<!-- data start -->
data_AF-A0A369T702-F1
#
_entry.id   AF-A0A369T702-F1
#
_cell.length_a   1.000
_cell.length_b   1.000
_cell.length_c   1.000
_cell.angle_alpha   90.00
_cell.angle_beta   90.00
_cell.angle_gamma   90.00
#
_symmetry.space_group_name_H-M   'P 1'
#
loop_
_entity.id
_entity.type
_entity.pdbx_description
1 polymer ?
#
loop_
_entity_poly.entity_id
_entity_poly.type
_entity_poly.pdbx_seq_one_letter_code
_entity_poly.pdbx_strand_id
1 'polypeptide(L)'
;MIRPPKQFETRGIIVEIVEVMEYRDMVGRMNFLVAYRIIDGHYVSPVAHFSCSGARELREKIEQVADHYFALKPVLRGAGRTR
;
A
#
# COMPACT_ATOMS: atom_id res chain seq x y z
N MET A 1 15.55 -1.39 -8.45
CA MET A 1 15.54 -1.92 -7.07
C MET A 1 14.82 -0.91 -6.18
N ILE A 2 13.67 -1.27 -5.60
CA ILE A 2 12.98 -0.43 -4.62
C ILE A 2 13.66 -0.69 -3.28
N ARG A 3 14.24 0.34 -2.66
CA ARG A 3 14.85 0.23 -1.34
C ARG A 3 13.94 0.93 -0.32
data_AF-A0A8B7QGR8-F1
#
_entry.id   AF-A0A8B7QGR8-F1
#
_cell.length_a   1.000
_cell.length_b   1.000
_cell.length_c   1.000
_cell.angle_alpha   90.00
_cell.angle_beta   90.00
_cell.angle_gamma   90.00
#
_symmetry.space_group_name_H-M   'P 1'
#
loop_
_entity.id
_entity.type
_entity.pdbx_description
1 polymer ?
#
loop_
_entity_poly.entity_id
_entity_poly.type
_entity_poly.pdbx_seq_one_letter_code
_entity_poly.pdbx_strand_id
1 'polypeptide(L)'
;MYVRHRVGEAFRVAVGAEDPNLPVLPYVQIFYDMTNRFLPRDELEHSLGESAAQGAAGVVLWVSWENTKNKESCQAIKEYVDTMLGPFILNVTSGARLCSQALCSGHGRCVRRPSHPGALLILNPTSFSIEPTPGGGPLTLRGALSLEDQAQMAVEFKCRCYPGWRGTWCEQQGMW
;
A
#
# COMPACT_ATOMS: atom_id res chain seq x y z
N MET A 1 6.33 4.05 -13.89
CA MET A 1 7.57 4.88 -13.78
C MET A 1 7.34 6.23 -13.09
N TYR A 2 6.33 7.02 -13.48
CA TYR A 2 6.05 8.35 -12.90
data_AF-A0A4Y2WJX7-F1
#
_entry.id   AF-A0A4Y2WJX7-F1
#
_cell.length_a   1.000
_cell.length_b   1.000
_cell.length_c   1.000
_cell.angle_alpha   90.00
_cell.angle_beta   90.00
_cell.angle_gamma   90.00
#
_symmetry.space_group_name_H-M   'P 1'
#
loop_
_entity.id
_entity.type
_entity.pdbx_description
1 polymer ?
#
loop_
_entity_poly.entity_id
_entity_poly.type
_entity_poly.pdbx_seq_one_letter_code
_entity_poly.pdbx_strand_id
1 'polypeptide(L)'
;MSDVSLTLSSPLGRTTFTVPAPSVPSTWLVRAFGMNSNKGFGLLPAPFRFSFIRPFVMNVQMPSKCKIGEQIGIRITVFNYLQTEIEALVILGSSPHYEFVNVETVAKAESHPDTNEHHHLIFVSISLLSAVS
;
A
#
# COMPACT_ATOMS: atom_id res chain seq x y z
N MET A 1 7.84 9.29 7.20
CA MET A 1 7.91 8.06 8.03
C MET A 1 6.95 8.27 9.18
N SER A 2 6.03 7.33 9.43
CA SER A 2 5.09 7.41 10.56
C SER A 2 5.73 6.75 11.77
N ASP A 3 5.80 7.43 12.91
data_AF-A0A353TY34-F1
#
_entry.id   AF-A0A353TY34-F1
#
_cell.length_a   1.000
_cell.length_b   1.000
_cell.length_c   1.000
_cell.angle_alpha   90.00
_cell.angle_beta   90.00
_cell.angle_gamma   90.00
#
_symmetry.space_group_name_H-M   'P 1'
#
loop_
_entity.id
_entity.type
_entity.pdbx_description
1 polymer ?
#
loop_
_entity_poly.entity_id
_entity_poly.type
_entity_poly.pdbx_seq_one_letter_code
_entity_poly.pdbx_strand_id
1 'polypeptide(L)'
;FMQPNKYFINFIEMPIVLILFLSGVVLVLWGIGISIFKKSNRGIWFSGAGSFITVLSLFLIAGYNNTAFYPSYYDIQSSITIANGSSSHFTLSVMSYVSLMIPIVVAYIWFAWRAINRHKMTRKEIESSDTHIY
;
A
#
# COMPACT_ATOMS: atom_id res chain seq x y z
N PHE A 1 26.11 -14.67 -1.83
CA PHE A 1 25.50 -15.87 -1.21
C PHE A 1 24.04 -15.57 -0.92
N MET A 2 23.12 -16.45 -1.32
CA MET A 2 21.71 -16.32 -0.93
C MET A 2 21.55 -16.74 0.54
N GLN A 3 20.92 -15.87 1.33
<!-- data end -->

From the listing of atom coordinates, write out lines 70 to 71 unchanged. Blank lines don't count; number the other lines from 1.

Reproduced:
N MET A 1 6.33 4.05 -13.89
CA MET A 1 7.57 4.88 -13.78